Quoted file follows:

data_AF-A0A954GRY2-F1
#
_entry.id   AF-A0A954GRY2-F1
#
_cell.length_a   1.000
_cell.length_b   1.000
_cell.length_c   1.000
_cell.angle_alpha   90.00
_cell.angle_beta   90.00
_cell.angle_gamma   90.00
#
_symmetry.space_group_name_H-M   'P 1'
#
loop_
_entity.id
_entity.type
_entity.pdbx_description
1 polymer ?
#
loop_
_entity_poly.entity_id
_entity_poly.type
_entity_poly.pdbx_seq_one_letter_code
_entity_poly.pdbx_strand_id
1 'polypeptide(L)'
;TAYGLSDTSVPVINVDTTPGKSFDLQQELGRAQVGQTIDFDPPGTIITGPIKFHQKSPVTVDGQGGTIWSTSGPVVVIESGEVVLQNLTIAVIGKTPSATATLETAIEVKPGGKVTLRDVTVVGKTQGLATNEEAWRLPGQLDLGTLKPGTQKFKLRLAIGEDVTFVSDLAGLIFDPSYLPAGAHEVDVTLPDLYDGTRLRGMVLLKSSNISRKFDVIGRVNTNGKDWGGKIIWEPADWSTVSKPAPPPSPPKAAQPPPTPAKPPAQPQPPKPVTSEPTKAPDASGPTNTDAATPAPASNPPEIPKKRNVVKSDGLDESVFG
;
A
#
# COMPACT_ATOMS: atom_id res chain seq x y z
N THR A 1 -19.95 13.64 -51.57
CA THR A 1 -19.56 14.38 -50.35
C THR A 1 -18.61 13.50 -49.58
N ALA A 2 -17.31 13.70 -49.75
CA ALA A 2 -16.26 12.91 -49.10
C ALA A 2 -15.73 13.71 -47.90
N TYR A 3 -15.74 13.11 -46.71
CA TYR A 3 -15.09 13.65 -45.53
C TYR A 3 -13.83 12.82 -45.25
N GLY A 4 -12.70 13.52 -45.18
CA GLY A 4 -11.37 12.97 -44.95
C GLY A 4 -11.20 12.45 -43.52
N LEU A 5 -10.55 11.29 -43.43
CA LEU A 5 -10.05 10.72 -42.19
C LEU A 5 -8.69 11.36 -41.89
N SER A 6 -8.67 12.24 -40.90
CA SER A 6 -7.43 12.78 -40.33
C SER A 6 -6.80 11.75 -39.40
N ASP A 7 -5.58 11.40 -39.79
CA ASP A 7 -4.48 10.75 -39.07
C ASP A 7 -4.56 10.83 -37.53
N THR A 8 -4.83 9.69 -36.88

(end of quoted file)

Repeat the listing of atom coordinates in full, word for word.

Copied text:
data_AF-A0A954GRY2-F1
#
_entry.id   AF-A0A954GRY2-F1
#
_cell.length_a   1.000
_cell.length_b   1.000
_cell.length_c   1.000
_cell.angle_alpha   90.00
_cell.angle_beta   90.00
_cell.angle_gamma   90.00
#
_symmetry.space_group_name_H-M   'P 1'
#
loop_
_entity.id
_entity.type
_entity.pdbx_description
1 polymer ?
#
loop_
_entity_poly.entity_id
_entity_poly.type
_entity_poly.pdbx_seq_one_letter_code
_entity_poly.pdbx_strand_id
1 'polypeptide(L)'
;TAYGLSDTSVPVINVDTTPGKSFDLQQELGRAQVGQTIDFDPPGTIITGPIKFHQKSPVTVDGQGGTIWSTSGPVVVIESGEVVLQNLTIAVIGKTPSATATLETAIEVKPGGKVTLRDVTVVGKTQGLATNEEAWRLPGQLDLGTLKPGTQKFKLRLAIGEDVTFVSDLAGLIFDPSYLPAGAHEVDVTLPDLYDGTRLRGMVLLKSSNISRKFDVIGRVNTNGKDWGGKIIWEPADWSTVSKPAPPPSPPKAAQPPPTPAKPPAQPQPPKPVTSEPTKAPDASGPTNTDAATPAPASNPPEIPKKRNVVKSDGLDESVFG
;
A
#
# COMPACT_ATOMS: atom_id res chain seq x y z
N THR A 1 -19.95 13.64 -51.57
CA THR A 1 -19.56 14.38 -50.35
C THR A 1 -18.61 13.50 -49.58
N ALA A 2 -17.31 13.70 -49.75
CA ALA A 2 -16.26 12.91 -49.10
C ALA A 2 -15.73 13.71 -47.90
N TYR A 3 -15.74 13.11 -46.71
CA TYR A 3 -15.09 13.65 -45.53
C TYR A 3 -13.83 12.82 -45.25
N GLY A 4 -12.70 13.52 -45.18
CA GLY A 4 -11.37 12.97 -44.95
C GLY A 4 -11.20 12.45 -43.52
N LEU A 5 -10.55 11.29 -43.43
CA LEU A 5 -10.05 10.72 -42.19
C LEU A 5 -8.69 11.36 -41.89
N SER A 6 -8.67 12.24 -40.90
CA SER A 6 -7.43 12.78 -40.33
C SER A 6 -6.80 11.75 -39.40
N ASP A 7 -5.58 11.40 -39.79
CA ASP A 7 -4.48 10.75 -39.07
C ASP A 7 -4.56 10.83 -37.53
N THR A 8 -4.83 9.69 -36.88